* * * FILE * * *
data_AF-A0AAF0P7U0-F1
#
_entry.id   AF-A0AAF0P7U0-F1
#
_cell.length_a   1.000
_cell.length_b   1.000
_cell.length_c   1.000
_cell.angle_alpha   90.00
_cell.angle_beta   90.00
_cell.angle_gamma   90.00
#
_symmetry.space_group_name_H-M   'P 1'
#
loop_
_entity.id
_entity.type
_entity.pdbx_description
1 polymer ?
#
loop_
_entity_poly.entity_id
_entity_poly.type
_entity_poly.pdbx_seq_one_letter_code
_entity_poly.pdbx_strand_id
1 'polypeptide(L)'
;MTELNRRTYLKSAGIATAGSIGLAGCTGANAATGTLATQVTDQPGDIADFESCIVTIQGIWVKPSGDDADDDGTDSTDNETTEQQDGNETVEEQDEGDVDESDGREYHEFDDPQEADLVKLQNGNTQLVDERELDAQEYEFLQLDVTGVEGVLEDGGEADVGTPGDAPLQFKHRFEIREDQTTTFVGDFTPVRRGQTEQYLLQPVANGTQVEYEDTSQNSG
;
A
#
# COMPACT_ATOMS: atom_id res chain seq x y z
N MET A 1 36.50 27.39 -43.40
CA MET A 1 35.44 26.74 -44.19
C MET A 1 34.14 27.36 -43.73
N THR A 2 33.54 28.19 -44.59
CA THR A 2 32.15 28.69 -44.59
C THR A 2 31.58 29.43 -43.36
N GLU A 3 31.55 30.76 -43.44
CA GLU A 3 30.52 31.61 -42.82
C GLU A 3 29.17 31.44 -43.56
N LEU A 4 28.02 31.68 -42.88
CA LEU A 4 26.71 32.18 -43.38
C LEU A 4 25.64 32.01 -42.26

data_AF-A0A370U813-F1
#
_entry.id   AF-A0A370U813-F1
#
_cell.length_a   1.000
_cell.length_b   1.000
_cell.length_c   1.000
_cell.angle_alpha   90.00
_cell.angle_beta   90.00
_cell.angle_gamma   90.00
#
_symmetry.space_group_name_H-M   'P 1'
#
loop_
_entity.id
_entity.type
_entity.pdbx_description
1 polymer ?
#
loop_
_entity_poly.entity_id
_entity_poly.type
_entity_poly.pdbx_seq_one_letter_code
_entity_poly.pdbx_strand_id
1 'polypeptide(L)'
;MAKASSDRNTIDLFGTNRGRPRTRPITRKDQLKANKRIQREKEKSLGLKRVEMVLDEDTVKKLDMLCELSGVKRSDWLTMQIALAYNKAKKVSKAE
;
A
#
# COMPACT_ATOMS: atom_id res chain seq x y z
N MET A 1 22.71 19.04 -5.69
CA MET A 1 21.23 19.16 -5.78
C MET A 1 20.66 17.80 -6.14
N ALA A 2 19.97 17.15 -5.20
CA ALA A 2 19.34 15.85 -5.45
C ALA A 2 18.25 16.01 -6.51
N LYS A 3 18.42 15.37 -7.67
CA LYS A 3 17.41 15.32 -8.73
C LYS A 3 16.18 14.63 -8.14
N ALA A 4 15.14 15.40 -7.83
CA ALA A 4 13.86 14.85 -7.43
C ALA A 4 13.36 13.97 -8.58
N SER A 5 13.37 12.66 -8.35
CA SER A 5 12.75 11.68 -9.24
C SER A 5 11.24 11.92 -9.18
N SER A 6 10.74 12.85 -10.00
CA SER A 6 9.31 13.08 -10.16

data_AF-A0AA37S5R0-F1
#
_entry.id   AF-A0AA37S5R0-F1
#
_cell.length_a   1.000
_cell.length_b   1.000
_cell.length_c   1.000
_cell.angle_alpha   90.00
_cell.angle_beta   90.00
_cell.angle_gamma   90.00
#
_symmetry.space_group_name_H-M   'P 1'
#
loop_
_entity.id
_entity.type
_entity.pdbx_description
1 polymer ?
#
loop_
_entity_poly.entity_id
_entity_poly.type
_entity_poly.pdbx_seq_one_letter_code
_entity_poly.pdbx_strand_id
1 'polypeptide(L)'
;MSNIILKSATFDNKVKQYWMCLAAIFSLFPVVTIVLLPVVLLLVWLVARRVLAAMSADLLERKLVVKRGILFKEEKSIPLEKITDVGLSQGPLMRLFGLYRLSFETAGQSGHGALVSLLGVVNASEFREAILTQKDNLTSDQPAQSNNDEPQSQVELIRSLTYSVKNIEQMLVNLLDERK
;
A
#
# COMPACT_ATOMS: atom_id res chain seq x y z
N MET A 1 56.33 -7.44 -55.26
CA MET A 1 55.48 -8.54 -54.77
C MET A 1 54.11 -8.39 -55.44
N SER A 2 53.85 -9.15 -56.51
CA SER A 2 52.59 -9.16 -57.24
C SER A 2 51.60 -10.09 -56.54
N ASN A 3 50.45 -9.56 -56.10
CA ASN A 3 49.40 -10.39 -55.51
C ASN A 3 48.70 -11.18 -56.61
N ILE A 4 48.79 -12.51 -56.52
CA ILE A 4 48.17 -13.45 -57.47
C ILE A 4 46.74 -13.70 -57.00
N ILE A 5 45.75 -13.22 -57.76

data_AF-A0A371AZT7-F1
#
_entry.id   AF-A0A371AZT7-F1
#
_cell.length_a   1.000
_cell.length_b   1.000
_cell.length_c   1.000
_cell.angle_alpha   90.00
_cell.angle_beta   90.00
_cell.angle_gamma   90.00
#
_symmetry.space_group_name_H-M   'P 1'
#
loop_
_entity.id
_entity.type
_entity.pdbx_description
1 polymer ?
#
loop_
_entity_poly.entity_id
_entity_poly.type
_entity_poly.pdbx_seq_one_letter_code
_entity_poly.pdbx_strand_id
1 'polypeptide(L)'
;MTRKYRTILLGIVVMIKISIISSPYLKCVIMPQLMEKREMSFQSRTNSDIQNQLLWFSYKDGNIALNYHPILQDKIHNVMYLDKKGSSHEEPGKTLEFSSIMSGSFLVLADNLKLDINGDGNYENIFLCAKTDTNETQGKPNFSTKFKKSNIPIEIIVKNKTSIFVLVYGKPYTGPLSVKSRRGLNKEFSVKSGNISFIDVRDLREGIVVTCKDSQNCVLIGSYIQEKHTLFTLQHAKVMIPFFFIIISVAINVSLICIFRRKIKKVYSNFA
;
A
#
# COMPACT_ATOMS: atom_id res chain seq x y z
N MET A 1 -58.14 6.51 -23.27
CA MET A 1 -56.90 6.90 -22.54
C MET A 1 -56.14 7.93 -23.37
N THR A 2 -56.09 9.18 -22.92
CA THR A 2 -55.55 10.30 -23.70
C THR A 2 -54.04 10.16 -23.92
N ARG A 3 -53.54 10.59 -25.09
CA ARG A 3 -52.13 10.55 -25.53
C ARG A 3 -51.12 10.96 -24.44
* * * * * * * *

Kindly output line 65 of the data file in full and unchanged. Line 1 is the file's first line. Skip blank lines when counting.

_entity_poly.pdbx_seq_one_letter_code